You can always tell when the times are really dark — it’s when socialists start quoting Bertolt Brecht’s poems on ‘the dark times’. The phrase comes from the 1938 Svendborg Poems, written in exile in the Danish countryside. Here, in David Constantine and Tom Kuhn’s new translation, Brecht asks: ‘In the dark times/Will there be singing?/There will be singing/Of the dark times’. After twelve years of crisis — war, economic pandemonium, the rise of nationalism, advanced technologies deployed for profit and destruction, socialist advance followed by crushing defeat, and now a devastating pandemic — we’ll find much recognition and consolation here in Brecht’s poems. On cue, here’s a 1000+ page edition of Brecht’s Collected Poems, among the new translations of this most important socialist playwright and poet of the twentieth century.
In their introduction to the Collected Poems, Constantine and Kuhn describe Brecht as one of the two or three finest poets in the German language; the poems often feel more enduring than the plays. They are rooted in their time — in Brecht’s journey from bohemian poet in 1910s Munich to communist playwright in Weimar Germany, to a roving exile in Europe and the USA, ending as an alternately celebrated and censored elder statesman in East Germany — but they speak easily and casually across the generations. Skimming through the new volume I was still stopped in my tracks by the stark power of the ‘German War Primer’, by the timeless socialist patience of ‘Ulm 1592’, and still stirred by the revolutionary optimism of ‘Resolution’.
Occasionally, the new translations are slightly stiff, lacking the bite and venom of the 1970s translations readers might know; but the new volume conveys well the sheer breadth of Brecht’s poetry. Much of it is previously uncollected, but the best work is still the cycles — the savage, paranoid Berlin poems of Reader for City-Dwellers and the Domestic Breviary, the exile laments of Hollywood Elegies, and the late Buckow Elegies, condensed, pared-down poems of nature, capitalism, nationalism, Stalinism (in the famous ‘The Solution’) and Brecht’s own survival through the dark times. But it never feels quite right reading Brecht in heavy volumes. His aphoristic, sparking thought lends itself to slim books, for reading on the bus or while cooking. We could much more do with cheap editions of, say, Svendborg Poems or Reader for City Dwellers; puzzlingly, Constantine and Kuhn trailed their volume with a slim book of Love Poems. Though the late Brecht can be personally tender, these poems tend to be priapic more than romantic.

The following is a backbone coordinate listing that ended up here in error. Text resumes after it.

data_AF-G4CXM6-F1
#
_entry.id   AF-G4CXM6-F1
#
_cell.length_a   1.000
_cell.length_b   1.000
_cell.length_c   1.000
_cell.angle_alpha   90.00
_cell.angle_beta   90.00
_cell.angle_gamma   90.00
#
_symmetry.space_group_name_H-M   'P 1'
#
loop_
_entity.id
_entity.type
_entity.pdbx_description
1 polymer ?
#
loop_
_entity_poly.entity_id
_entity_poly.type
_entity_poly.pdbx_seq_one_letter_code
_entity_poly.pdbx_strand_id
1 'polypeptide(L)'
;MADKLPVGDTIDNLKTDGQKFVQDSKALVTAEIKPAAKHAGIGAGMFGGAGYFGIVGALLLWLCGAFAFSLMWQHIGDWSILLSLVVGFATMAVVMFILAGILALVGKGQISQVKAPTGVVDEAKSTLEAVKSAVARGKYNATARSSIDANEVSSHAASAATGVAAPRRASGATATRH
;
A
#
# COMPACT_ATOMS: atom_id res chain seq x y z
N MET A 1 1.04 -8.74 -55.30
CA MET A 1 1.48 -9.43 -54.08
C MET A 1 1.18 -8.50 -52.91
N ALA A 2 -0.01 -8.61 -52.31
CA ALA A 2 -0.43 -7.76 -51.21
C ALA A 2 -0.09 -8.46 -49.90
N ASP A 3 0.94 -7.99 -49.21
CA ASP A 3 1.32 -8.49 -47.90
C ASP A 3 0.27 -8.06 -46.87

Verso’s recent paperback edition of the War Primer, previously only available as a giant hardback, feels more properly Brechtian. Each page has a photograph or a story pulled out of the news during the Second World War, with a short verse below; the combination of the grainy images and the alternately venomous and compassionate verses is still devastating. A particular choice for the times: a sharp-suited Churchill with a machine gun, above Brecht’s commentary: ‘Gang law is something I can understand/With man-eaters I’ve excellent relations./I’ve had the killers feeding from my hand/I am the man to save civilisation’. Two new, slim books offer translations of works never before available in English. The Business Affairs of Mr Julius Caesar is the completed half of an unfinished novel, sparking off from one of the ‘Questions of a worker who reads’ — ‘On every page a victory./Who cooked the victory banquet?/Every ten years a great man./Who paid the bills?’ A Roman historian tries to piece together the Emperor’s life from interviews with property developers, soldiers, political lobbyists, and the diaries of Rarus, one of Caesar’s slaves. The historian finds a far shabbier reality than the glory he expects.
This aborted experiment, intriguing as it is, has little on Me-Ti: Book of Interventions in the Flow of Things, which is one of Brecht’s books of aphorisms, like the better-known Stories of Herr Keuner. This series is in the voice of a classical Chinese poet, and is edited and translated by Anthony Tatlow, an expert in Brecht’s many borrowings from Taoist and Buddhist poets, from whom he took a love of economy and dialectics. Me-Ti consists of a series of tales and ‘lessons’, rooted in the experience of the dark times. In among thinly disguised critical portraits of Lenin, Stalin, Trotsky, Hitler, and Hegel, it has his most honest capsule judgements on his friends, his lovers, his politics, and the way these were linked by what he called ‘the third thing’, the socialist project. It’s almost as full of wisdom and political lessons to live by as the Poems; most of all, it’s funny, and a joy to read. ‘The classical authors’, Me-Ti tells us, ‘lived in the darkest and bloodiest of times. They were the most cheerful and most confident people’.